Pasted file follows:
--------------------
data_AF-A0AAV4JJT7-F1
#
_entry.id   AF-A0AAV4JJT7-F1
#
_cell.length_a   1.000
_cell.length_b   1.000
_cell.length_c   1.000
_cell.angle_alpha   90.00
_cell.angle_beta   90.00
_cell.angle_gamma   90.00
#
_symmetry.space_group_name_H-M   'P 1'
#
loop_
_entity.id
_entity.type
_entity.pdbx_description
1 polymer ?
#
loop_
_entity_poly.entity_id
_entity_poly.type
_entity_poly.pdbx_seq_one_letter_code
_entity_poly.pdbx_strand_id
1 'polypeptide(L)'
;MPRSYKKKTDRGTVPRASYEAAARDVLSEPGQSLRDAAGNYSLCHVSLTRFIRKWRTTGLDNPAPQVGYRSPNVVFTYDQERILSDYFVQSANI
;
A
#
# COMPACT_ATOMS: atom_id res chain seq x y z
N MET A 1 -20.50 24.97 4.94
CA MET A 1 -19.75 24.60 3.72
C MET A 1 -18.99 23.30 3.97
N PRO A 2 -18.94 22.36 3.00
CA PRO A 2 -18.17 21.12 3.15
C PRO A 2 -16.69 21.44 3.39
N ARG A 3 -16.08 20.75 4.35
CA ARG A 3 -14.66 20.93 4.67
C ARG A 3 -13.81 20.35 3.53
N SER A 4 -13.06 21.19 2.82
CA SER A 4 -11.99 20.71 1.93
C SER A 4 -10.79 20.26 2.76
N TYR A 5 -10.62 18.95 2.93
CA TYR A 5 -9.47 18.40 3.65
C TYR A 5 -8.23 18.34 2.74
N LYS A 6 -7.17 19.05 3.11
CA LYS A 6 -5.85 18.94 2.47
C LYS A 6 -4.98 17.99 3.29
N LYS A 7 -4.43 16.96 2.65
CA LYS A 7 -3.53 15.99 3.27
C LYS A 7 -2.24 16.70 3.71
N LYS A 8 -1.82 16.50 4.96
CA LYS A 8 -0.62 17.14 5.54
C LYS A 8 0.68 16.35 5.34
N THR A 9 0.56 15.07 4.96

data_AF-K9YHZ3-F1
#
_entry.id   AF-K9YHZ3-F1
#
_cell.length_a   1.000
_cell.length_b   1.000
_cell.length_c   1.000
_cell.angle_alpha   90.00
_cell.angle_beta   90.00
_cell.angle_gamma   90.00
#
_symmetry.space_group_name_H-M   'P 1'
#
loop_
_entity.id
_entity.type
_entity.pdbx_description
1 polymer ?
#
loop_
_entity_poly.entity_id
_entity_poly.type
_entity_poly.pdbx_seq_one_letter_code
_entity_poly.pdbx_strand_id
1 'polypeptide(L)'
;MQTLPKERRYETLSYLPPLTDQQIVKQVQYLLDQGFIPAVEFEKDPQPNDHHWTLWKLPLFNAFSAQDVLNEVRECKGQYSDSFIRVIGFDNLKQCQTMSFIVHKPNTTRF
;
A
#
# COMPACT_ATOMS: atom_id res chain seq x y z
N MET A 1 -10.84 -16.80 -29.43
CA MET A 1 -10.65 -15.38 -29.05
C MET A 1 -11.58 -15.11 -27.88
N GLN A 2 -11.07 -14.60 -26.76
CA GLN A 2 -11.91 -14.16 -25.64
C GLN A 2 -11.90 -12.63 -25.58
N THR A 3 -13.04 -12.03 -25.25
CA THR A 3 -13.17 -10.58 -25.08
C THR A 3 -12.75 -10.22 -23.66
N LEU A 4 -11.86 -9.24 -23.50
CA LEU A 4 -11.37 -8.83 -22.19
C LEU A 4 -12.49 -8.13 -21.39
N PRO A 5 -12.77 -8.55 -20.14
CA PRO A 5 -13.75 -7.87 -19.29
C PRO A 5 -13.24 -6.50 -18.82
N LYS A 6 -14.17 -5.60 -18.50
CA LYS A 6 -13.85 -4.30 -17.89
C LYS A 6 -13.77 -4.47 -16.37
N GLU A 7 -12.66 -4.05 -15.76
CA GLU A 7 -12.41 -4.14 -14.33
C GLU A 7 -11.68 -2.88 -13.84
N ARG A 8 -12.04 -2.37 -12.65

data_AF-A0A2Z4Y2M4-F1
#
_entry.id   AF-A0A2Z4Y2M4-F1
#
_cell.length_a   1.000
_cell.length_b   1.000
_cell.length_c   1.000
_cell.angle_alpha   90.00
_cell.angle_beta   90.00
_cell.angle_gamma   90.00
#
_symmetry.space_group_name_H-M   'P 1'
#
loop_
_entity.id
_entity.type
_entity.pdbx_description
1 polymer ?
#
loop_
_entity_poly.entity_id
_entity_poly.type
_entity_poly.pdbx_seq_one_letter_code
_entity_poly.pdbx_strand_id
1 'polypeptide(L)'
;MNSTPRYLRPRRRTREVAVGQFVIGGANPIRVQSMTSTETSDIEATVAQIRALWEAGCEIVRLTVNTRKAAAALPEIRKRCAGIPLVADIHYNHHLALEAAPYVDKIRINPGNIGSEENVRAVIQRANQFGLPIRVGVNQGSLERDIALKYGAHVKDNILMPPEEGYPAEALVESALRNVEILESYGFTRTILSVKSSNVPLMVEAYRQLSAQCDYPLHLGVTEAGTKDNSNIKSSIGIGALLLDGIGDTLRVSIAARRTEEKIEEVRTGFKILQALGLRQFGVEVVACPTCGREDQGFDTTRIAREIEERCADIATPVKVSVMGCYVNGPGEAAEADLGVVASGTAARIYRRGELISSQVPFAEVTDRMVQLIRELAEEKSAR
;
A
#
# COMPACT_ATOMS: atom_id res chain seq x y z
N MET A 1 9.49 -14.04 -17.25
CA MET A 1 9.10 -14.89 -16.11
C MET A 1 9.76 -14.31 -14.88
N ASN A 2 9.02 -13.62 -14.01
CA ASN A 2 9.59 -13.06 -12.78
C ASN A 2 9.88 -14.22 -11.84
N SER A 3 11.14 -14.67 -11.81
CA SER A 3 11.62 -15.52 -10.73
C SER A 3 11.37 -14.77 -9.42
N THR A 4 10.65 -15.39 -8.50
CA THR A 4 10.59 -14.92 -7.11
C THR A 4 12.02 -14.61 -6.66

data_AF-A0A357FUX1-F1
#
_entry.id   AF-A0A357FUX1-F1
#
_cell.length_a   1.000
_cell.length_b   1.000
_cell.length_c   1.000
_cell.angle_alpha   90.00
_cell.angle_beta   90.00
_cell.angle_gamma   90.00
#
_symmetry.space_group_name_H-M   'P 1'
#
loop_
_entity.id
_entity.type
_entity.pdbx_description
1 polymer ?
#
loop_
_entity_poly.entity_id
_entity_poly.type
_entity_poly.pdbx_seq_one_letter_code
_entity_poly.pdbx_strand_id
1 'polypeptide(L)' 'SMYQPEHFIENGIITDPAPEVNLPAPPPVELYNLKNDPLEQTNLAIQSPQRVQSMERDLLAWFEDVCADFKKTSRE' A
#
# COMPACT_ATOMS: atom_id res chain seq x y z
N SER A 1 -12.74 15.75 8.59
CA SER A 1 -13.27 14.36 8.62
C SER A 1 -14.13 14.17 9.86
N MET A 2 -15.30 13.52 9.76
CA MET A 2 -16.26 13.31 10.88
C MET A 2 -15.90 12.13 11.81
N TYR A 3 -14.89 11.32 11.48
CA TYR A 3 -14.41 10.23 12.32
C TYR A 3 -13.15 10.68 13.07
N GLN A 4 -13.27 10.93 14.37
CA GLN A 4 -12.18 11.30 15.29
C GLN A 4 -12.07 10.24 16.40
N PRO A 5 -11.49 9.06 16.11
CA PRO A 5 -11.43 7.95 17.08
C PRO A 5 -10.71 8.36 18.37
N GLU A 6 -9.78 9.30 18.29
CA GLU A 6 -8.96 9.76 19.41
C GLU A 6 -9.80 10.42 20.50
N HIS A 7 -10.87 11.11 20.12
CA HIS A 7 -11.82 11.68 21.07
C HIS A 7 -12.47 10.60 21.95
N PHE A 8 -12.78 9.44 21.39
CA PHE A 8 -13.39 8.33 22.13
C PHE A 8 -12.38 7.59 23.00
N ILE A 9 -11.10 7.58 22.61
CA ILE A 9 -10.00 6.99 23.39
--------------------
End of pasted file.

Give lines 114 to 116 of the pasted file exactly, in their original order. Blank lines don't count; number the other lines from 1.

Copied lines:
_cell.length_c   1.000
_cell.angle_alpha   90.00
_cell.angle_beta   90.00